In Praise of British Airways

My recent trip to England is still very much on my mind. The food, the history, the wonderful people, and yes, the transportation to and from my destination.

I’d booked my flight through American Airlines, and because I tend to be frugal (since I don’t have tons of money, and therefore, little choice in the matter) I opted for the cheapest seats available on my flight to England.

So for about seven hours, (give or take a bazillion) I was crammed into a small seat—one of four jammed close together in the center section of the plane. And it wasn’t an aisle seat, so in order to reach my one allotted personal item (aka handbag) I had to use my feet to snag the straps and drag the bag up my shins until my fingers could finally grasp enough of it to pull it into my lap where there was just barely enough room to extract whatever I needed before returning it to under seat storage.

It was a laborious process, and since I’m a chronically disorganized individual (CDI), I repeated the steps at least two dozen times during the trip.

You might ask why I didn’t just keep the bag in my lap for the entire trip, and I’ll admit that I tried, but then was unable to use my tray table and by the time I’d gone through the rigors of retrieving my purse, I really needed a drink.

I won’t go on and on about the discomfort, but next time I’ll pony up the money for a better location. Perhaps beneath the plane. At least there I wouldn’t have to crawl over my fellow passengers to use the toilet, or to stretch my legs, or to take a full breath and exhale without encroaching on another human being’s personal space.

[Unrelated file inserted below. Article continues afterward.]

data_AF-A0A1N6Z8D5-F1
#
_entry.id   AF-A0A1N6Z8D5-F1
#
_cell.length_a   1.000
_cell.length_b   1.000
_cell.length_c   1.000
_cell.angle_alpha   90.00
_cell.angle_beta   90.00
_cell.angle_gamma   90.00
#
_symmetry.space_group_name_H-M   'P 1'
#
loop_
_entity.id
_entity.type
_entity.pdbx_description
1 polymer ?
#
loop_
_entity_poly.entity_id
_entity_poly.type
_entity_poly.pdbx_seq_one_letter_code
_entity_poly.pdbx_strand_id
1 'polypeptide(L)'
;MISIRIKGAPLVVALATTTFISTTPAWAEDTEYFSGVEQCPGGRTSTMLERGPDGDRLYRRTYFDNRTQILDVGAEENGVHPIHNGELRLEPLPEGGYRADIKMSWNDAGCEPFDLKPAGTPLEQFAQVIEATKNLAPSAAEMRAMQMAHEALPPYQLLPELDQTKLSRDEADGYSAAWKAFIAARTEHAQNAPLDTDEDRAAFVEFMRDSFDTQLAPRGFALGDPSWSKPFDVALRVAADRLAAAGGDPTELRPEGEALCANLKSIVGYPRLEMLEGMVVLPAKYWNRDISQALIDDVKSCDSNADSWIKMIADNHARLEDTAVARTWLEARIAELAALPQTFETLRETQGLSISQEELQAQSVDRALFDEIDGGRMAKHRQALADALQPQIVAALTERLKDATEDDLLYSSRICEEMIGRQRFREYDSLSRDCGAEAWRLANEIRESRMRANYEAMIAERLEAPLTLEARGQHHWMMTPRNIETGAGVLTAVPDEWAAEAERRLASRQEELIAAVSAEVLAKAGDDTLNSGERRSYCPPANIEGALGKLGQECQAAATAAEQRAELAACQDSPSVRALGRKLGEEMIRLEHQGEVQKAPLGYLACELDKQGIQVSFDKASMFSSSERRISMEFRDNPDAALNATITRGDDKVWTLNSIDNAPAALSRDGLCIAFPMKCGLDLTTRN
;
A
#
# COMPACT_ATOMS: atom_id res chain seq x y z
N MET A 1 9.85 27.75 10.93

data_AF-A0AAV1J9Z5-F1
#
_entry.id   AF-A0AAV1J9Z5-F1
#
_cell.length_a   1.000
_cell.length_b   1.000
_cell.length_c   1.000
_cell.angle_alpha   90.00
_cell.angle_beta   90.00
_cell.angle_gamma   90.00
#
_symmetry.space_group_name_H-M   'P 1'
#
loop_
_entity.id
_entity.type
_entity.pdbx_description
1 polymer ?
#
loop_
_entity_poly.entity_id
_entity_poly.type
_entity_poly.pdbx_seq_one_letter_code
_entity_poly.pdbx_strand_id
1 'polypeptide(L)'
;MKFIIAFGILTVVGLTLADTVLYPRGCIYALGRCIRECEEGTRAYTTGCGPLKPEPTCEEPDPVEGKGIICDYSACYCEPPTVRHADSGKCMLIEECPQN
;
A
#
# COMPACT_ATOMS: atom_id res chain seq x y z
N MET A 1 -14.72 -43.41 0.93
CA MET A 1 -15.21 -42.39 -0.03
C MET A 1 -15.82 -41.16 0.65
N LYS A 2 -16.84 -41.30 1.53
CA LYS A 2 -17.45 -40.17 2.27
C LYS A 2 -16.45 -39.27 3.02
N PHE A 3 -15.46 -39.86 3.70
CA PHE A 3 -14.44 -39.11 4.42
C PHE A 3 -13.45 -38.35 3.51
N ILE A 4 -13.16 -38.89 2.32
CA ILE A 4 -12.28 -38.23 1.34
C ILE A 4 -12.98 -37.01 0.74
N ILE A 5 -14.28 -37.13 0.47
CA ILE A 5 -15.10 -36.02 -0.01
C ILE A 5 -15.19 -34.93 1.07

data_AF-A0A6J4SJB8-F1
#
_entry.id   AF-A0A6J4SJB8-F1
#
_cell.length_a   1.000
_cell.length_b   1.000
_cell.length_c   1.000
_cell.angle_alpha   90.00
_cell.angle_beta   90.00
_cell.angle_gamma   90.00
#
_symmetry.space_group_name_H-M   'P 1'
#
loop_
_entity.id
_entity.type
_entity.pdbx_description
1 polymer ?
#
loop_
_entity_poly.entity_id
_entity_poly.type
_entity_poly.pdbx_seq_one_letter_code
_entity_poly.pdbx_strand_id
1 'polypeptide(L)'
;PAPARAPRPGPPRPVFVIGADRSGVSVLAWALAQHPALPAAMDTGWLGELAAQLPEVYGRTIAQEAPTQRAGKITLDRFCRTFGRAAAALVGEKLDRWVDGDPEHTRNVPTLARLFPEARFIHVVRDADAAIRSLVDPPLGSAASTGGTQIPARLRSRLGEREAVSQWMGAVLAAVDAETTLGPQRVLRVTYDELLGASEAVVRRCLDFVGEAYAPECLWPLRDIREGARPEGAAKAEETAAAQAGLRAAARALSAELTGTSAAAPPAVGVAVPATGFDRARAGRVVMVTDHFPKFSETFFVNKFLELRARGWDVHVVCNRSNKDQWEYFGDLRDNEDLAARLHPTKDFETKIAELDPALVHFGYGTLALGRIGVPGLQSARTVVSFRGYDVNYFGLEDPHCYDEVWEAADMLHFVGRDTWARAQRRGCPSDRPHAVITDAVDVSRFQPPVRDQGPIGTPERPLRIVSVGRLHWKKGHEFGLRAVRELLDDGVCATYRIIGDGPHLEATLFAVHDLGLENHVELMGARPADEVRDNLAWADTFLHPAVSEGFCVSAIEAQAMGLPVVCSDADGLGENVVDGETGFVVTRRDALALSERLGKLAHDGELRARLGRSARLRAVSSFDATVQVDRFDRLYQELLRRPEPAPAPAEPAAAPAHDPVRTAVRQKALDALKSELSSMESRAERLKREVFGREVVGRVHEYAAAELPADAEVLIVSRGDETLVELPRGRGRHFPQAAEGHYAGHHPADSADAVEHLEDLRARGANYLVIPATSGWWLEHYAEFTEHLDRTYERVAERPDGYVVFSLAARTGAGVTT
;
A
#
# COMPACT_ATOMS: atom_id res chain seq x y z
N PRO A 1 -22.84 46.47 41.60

After my less than comfortable outgoing experience with American, I was really dreading the return flight. I’d not heard great things about British Airways, but what was I going to do? Hitchhike?

To my great surprise and immense relief the return trip was a dream. Same (cheap) price for seating, but the seats weren’t crowded so tightly together. I could wiggle. I could fetch my bag with ease. It helped that the flight wasn’t as full as the AA one had been, but even if it had been I’d still have had considerably more room than I’d had on the previous flight.

Plus, the seats had some support and reclined in a more ergonomic manner. Nice. The food was slightly better and I had room to actually chew.

One day maybe I’ll have sold enough books to fly first class. I’m not holding my breath, though. At least not on a completely full plane. There might not be room to exhale.

Note: Flight attendants were great on all my flights. These folks put up with so much and maintain their cool under trying circumstances. Cheers to the intrepid souls who care for us in the skies.

Peace, people!

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